Blog:

Pitfalls in release management

Published on Nov 28, 2017
By Terry / Senior System Design Engineer

I like to think of release management like bull riding: the bull representing a product, the rider being the company or developer making the product and the riding itself the process of managing the release of this product. As soon as the product is released into the field it is somewhat unpredictable what the final outcome will be.

To have a more defined outcome some strategies work better than others, it all depends on what you want to achieve with the product. After exploring what typically happens when releasing a product, some pitfalls are examined and proposals for a more manageable release are discussed.

Release management entails the entire process of coordinating the release of a (new) version of a product – this can be software, hardware, or both. As each product is unique, so will be its release. When designing a product, it is a good idea to think about how the product is going to be introduced, what the intended user group will be, how is it going to be supported, how often updates will be rolled out and how these updates will end up in the product.

Most products developed often have 2 user groups: 1 group which likes new features and updates and 1 group which does not like changes in any way: they expect the product to work, be stable and not to change with an update. This often collides as new features might cause some issues to pop up (which need a fix), or an update to the UI which changes the way the product is used. A strategy should be in place to be able to handle both cases and still allow to roll out releases whenever needed.

A release is usually planned and when it is rolled out, it will be tested. Automated, manually, or a combination of both – it represents some time spent to determine the product status. During this time the product is not to be changed (other than bug fixes), as it might require testing to be redone.

For software development: taking above into account, a versioning system which supports multiple branches will help. It can be used to represent the two user groups. The first group being a develop branch where new features are introduced. This branch is volatile, in motion and most work is performed here. Depending on the size of the product there can be additional feature branches which focus on a single feature, sometimes with sub-branches for more fine-grained introduction of these features. The other group can be represented by a master branch where the focus is on stability. This gets few updates, but they represent a large body of work. To bridge between these two branches (master and develop) a release branch is used: from the develop branch a point is chosen to start stabilizing the product (for a new release). Here the focus is on testing and bug fixing, resulting in a stable release after some time. When testing is completed the release branch is merged back to the master branch and rolled out as the new release.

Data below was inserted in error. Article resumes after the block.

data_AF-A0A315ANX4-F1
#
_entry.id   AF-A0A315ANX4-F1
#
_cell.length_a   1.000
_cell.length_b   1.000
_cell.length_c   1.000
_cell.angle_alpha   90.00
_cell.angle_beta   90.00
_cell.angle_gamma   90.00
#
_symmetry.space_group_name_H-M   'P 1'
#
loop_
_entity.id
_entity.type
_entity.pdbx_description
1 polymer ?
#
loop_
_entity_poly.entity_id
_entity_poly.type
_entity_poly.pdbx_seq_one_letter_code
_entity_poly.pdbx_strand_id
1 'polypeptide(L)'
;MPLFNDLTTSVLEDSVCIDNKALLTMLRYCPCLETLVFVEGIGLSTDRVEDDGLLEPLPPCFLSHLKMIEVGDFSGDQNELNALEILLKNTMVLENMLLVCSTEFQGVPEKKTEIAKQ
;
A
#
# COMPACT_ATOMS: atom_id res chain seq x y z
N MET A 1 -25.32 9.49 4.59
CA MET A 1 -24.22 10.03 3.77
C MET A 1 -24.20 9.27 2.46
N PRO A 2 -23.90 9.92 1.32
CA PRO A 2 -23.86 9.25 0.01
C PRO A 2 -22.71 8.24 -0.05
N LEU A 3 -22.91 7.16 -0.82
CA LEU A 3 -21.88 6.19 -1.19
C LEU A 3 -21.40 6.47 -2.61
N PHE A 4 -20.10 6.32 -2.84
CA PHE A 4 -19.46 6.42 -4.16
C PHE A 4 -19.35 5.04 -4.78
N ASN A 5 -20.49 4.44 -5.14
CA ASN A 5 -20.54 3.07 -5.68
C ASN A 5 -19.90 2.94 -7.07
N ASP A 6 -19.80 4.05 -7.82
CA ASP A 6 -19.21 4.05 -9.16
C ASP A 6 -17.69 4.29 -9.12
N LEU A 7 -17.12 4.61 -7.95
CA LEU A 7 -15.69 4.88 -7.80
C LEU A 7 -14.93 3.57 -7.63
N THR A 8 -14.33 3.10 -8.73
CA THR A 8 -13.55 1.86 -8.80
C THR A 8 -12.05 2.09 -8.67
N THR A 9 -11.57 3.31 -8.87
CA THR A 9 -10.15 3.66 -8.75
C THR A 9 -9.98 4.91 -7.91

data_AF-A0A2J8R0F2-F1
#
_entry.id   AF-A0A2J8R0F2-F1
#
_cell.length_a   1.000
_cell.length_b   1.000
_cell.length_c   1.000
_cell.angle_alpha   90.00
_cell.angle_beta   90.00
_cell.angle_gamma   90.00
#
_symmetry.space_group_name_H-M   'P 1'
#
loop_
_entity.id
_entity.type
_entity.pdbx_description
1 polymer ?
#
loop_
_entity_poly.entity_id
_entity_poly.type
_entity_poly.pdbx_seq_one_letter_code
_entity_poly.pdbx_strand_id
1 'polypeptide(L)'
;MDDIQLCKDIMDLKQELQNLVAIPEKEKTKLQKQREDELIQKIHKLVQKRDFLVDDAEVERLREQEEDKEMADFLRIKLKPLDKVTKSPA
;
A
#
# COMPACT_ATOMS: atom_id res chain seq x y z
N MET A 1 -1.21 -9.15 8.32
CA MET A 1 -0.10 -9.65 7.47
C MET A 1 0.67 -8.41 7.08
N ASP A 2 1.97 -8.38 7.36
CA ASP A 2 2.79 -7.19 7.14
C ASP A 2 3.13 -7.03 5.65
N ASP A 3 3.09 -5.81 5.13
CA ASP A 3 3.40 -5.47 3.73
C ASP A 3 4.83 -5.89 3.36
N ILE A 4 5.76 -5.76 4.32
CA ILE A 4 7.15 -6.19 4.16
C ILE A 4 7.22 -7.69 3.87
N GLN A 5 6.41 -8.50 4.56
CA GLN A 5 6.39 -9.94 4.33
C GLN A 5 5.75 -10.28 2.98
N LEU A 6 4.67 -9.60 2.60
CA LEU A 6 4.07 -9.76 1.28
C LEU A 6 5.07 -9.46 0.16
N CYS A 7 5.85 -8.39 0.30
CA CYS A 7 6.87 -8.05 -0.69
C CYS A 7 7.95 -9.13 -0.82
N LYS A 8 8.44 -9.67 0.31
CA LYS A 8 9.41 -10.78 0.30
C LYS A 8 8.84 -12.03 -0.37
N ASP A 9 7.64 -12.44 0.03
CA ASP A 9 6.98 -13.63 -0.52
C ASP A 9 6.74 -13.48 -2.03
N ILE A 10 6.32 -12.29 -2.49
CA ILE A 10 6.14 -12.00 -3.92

A release is created by people, and good release management understands that people should support a chosen release strategy. If not it can cause a lot of friction as people will try to minimize the impact on their work – even if means to bypass to chosen strategy.

An example: people delivering features to the master branch directly, before the release is completed. It could be they are forced by their project leader to deliver a feature or that they act on their own to bypass the release strategy. The first is an error in planning, features are scheduled for a release and apparently new features are needed which are outside the scope for the planned release. Either the feature is rescheduled for a new release, or the scope of the release is reviewed. The second is a rogue action and can be averted by some disciplinary methods: some means to have the person involved support the chosen release strategy.

Another example is forcing a release, outside the scheduled release plan. This can be due to features which are promised to a customer which need to be delivered before the release is completed or when more work is needed to finish the release while the release schedule is maintained at all cost. Either way this will result in more work: things get wrapped up at the very last moment, which affects quality. Testing will result in finding more issues – or when testing effort is reduced to speed up the release process – more issues will be found after a release. This can even cause a delay for the next release to repair the damage done with the current release. For these two cases a better alternative would be to create a customer specific release (with only the features needed for that customer – in order to deliver on time), to descope the amount of work (since it cannot be completed in time for the release), or to postpone the release until all work is done.

Choosing a proper branching strategy for a product can be quite a challenge, just have a look at all the variations which have been created over time.

The topic of Release Management is very much alive and shown by the many blog articles found on the web. An example is the discussion pro and con for specific strategies, in this case: GitFlow vs OneFlow (and a Git branching model and workflow).

The thing that has been the greatest contributor for a stable release environment for me is a proper definition of the release strategy. Which model is most suited for the product, how is the support done after the product is released. This determines for a large part the branching strategy and how releases are managed.

I am interested to hear what your thoughts are on this matter, please let me know in the comments!